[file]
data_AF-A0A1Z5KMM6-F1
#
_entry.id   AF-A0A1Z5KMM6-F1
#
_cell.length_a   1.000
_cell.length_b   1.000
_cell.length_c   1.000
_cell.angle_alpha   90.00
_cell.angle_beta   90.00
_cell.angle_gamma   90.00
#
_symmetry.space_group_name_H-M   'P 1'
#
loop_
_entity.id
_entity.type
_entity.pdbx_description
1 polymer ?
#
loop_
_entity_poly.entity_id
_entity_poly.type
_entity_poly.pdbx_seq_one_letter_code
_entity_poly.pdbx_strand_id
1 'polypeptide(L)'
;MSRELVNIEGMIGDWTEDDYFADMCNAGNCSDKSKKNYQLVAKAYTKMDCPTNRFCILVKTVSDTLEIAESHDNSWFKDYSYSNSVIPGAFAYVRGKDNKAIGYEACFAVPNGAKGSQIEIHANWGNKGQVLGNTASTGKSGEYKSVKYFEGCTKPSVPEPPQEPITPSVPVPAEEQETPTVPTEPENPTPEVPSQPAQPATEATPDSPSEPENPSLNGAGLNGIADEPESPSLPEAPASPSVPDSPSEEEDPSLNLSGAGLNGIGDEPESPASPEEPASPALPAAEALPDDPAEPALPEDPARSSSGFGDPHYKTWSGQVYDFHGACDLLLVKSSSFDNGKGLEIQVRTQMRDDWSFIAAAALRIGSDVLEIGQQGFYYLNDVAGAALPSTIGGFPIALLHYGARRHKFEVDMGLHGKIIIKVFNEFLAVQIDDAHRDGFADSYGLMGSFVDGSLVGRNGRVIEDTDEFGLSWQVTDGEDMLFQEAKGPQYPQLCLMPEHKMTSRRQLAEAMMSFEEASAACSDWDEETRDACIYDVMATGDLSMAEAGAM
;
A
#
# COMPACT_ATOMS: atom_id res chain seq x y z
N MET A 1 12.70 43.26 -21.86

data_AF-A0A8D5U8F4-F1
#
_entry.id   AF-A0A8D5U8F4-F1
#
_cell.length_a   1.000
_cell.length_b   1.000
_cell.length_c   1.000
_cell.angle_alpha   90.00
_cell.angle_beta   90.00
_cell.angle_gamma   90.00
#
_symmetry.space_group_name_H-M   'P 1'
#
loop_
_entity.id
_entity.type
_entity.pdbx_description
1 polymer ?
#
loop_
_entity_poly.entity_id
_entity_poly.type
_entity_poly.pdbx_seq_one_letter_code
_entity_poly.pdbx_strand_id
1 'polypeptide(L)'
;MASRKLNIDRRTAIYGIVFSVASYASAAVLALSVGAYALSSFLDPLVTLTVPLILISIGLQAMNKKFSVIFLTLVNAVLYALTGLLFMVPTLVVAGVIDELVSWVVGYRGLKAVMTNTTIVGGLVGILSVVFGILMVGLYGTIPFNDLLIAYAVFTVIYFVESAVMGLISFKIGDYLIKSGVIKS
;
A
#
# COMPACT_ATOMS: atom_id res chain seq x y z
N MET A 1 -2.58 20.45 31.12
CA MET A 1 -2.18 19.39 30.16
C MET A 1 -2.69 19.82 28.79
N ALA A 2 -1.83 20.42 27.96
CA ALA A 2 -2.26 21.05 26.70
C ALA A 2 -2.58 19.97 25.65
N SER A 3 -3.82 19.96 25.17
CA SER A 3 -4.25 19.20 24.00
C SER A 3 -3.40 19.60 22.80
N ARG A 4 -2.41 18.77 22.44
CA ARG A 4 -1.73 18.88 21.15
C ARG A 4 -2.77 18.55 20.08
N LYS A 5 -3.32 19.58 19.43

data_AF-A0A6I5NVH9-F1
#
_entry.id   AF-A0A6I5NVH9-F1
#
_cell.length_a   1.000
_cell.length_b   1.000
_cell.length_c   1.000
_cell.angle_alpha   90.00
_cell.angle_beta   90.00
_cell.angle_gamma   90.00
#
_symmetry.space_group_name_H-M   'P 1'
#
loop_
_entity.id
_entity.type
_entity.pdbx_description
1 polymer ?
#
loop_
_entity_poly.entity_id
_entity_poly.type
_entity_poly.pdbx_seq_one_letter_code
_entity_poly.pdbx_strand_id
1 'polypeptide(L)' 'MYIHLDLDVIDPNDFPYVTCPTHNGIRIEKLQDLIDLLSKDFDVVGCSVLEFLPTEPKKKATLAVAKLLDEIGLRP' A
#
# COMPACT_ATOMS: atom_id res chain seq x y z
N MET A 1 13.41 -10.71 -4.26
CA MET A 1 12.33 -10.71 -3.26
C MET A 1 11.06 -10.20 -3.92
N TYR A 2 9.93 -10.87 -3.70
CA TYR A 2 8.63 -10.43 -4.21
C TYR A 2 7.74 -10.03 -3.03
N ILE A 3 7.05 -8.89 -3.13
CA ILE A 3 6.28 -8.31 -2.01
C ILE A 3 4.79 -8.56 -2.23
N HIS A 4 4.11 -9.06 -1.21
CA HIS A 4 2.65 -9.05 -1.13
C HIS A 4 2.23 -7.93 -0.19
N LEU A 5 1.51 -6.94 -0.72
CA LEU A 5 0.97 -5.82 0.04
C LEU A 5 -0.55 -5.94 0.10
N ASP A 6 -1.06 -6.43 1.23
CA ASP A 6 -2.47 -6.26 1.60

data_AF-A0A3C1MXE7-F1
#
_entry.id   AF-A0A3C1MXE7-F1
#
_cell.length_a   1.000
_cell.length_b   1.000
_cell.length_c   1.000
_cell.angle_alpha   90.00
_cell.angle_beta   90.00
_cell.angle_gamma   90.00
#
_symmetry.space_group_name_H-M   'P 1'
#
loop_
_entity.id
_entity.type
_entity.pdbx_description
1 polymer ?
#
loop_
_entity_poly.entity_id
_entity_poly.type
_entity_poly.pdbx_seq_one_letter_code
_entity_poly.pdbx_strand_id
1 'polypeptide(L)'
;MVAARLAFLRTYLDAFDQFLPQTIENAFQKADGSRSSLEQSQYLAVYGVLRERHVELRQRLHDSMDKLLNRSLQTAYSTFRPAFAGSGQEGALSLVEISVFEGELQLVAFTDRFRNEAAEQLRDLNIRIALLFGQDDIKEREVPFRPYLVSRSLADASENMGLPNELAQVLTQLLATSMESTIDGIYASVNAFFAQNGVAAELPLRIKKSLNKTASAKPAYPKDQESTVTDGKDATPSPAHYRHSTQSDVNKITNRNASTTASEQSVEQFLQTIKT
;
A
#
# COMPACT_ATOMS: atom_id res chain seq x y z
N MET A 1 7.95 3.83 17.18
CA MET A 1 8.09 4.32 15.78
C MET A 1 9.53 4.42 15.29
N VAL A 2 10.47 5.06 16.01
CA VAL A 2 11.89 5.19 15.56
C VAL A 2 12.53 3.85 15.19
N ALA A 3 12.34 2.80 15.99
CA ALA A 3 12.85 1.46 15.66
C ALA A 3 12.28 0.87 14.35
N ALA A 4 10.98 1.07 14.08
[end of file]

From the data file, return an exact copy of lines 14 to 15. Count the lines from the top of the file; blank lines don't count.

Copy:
loop_
_entity.id